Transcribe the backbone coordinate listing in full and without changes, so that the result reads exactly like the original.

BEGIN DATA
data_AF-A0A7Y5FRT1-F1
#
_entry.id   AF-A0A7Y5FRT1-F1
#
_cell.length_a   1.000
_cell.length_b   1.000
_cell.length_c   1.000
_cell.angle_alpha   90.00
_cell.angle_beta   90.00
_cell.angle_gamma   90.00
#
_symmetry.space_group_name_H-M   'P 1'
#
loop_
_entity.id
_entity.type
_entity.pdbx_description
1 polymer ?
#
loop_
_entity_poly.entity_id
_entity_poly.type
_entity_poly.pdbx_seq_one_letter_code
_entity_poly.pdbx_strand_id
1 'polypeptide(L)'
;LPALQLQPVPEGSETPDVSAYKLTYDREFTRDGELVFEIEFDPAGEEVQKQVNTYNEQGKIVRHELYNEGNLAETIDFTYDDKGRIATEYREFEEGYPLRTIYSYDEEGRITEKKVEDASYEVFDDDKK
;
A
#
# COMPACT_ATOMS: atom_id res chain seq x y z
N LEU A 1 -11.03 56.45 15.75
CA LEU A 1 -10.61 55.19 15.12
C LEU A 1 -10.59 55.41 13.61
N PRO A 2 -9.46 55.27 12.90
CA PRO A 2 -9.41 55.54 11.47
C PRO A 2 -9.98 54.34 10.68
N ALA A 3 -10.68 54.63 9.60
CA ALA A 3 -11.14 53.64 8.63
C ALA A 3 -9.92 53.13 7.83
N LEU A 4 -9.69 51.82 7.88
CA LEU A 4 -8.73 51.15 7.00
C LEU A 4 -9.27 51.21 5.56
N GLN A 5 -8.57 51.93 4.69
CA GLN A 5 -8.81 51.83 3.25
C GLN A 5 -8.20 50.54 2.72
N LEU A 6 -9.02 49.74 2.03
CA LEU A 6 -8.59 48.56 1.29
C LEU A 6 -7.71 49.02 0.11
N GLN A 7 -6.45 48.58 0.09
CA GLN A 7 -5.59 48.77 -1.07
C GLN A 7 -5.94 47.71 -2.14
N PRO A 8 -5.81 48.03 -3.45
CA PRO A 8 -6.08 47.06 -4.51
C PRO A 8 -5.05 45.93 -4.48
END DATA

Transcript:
data_AF-A0A7Y5FRT1-F1
#
_entry.id   AF-A0A7Y5FRT1-F1
#
_cell.length_a   1.000
_cell.length_b   1.000
_cell.length_c   1.000
_cell.angle_alpha   90.00
_cell.angle_beta   90.00
_cell.angle_gamma   90.00
#
_symmetry.space_group_name_H-M   'P 1'
#
loop_
_entity.id
_entity.type
_entity.pdbx_description
1 polymer ?
#
loop_
_entity_poly.entity_id
_entity_poly.type
_entity_poly.pdbx_seq_one_letter_code
_entity_poly.pdbx_strand_id
1 'polypeptide(L)'
;LPALQLQPVPEGSETPDVSAYKLTYDREFTRDGELVFEIEFDPAGEEVQKQVNTYNEQGKIVRHELYNEGNLAETIDFTYDDKGRIATEYREFEEGYPLRTIYSYDEEGRITEKKVEDASYEVFDDDKK
;
A
#
# COMPACT_ATOMS: atom_id res chain seq x y z
N LEU A 1 -11.03 56.45 15.75
CA LEU A 1 -10.61 55.19 15.12
C LEU A 1 -10.59 55.41 13.61
N PRO A 2 -9.46 55.27 12.90
CA PRO A 2 -9.41 55.54 11.47
C PRO A 2 -9.98 54.34 10.68
N ALA A 3 -10.68 54.63 9.60
CA ALA A 3 -11.14 53.64 8.63
C ALA A 3 -9.92 53.13 7.83
N LEU A 4 -9.69 51.82 7.88
CA LEU A 4 -8.73 51.15 7.00
C LEU A 4 -9.27 51.21 5.56
N GLN A 5 -8.57 51.93 4.69
CA GLN A 5 -8.81 51.83 3.25
C GLN A 5 -8.20 50.54 2.72
N LEU A 6 -9.02 49.74 2.03
CA LEU A 6 -8.59 48.56 1.29
C LEU A 6 -7.71 49.02 0.11
N GLN A 7 -6.45 48.58 0.09
CA GLN A 7 -5.59 48.77 -1.07
C GLN A 7 -5.94 47.71 -2.14
N PRO A 8 -5.81 48.03 -3.45
CA PRO A 8 -6.08 47.06 -4.51
C PRO A 8 -5.05 45.93 -4.48